I really don’t feel qualified to do a real musical analysis of the Punch Brothers catalog, but I’ll take a macro shot at it. Their debut record, 2008’s Punch, features a beautiful and complex multi-movement piece, “The Blind Leaving the Blind” that suggests twentieth century avant/mod-classical more than bluegrass per se. Beside being gorgeous and super ambitious, this record strikes me as being an expression of a new group (also) flexing its conceptual and technical muscles, as in: “ATTN! We are comprehensively interesting and bad motherfuckers, so take note.”
It was this record that caused my inner musical geek to go nuclear.
The next three albums (2010’s Antifogmatic and 2012’s Who’s Feeling Young Now? and Ahoy!) use a more traditional songdriven approach, but still convey a huge amount of musical and tonal variety. There’s prodigious technique, dynamics, humor and introspection throughout, along with several excellently done covers (Radiohead, Mclusky, Jason Ritter, the Strokes, Gillian Welch…). Their latest full LP, The Phosphorescent Blues (produced by TBone Burnett) musically, technically and emotionally coalesces in a truly soulful and gorgeous way — and, for me, brought their whole phenomenon to another level. It is a near-perfect record, and I think an amazing achievement in terms of its intensity, delicacy and musical scope. It was this record that caused my inner musical geek to go nuclear; I listened to it constantly for about eight straight weeks (at that time, only Aphex Twin’s amazing Syro, a completely different animal, was having a comparable impact).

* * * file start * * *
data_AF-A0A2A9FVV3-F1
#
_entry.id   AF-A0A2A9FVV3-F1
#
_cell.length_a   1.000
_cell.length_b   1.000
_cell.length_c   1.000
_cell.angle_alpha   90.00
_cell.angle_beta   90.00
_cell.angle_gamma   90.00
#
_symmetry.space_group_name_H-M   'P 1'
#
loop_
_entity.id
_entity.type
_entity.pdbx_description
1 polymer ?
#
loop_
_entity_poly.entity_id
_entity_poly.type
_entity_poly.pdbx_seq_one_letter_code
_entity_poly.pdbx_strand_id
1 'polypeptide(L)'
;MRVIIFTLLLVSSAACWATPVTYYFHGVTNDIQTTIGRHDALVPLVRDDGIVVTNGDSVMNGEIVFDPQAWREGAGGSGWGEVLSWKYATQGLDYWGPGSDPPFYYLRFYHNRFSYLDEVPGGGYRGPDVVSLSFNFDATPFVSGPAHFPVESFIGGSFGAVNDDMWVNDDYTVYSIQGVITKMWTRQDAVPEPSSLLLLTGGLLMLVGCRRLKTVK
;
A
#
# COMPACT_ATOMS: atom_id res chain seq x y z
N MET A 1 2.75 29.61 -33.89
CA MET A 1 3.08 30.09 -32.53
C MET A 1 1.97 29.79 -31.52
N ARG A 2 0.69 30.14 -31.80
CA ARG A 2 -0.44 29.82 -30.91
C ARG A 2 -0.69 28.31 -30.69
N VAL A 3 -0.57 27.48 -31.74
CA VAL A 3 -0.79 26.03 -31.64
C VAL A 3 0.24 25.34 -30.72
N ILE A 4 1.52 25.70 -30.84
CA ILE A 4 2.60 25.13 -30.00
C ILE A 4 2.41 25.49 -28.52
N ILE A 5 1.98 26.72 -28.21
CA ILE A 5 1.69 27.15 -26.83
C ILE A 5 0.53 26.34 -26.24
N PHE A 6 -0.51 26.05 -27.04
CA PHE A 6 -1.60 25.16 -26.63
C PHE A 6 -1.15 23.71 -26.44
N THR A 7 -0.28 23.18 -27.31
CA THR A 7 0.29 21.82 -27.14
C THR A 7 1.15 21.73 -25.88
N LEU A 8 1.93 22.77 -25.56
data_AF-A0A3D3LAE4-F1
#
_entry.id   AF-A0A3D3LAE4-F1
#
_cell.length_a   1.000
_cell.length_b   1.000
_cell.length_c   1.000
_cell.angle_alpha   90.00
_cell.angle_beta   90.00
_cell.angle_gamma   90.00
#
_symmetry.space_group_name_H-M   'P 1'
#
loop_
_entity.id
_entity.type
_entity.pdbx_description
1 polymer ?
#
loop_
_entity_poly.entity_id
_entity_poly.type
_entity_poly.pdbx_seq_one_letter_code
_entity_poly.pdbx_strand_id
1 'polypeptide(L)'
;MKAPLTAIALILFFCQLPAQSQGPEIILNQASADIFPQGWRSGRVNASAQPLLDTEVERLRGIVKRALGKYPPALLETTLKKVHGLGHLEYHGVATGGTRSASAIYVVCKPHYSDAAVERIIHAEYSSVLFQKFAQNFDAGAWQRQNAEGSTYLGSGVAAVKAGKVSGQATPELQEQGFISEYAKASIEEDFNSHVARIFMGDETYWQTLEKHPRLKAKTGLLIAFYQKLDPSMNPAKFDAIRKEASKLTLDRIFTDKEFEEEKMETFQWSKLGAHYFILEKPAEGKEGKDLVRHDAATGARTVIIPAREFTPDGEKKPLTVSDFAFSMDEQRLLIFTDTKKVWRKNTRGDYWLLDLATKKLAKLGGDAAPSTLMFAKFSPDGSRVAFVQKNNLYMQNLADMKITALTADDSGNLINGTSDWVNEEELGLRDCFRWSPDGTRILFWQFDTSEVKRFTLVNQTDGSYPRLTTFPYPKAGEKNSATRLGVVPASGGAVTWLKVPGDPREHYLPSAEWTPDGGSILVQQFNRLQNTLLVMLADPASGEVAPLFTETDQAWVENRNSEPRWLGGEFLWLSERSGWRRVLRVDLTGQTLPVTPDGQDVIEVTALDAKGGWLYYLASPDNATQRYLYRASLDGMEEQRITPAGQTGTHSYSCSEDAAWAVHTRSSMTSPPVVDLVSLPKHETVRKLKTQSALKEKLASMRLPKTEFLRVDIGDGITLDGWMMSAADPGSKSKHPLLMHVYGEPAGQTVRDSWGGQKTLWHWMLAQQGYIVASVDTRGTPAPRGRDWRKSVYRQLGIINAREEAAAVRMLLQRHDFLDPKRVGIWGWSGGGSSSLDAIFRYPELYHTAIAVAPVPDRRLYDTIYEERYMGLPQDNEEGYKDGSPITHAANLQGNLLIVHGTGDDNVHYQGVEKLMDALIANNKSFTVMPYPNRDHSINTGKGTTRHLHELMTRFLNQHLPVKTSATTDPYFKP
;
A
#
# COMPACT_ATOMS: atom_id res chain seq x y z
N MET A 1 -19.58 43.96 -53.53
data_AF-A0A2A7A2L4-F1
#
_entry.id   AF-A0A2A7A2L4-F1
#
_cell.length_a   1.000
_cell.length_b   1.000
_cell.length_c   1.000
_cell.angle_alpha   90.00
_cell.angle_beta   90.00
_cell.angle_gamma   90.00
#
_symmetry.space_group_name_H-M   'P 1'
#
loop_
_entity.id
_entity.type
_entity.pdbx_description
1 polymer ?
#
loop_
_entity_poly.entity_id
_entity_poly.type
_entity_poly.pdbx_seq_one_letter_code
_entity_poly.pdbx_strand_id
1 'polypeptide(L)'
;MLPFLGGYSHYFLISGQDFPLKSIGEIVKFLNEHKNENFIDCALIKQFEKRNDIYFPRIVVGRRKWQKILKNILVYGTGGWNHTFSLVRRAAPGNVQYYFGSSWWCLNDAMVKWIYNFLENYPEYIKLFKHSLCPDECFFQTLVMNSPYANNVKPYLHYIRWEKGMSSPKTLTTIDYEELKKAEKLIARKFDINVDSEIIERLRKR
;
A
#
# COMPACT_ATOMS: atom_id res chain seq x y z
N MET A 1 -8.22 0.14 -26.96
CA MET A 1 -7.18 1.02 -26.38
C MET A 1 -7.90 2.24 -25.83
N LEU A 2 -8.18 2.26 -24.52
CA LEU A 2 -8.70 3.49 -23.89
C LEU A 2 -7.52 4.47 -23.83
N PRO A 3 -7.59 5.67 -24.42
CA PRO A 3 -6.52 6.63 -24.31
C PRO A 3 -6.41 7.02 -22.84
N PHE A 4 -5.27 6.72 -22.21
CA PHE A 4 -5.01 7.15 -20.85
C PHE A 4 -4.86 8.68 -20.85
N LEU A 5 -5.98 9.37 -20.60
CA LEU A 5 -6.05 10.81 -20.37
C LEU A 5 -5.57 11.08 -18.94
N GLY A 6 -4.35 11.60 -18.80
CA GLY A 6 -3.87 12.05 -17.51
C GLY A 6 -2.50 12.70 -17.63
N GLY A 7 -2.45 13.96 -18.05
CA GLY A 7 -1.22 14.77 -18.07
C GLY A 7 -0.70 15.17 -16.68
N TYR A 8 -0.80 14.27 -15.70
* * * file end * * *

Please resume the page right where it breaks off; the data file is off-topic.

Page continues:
My perspective started to splinter in various ways around it: Punch Brothers’ musical evolution also seemed to generally reflect my own evolution from being obsessed with (mostly) technique-based guitar rock music as a teen/new guitarist toward, eventually, a greater interest in narrative, concept and minimalism in various genres. The world is full of shredding virtuoso musicians, but it seems relatively rare when an entire (western, non-classical, non-metal) group has master-level skills, doesn’t (semi-constantly) show off and, in Punch Brothers’ case, is genuinely musically diverse and has good taste!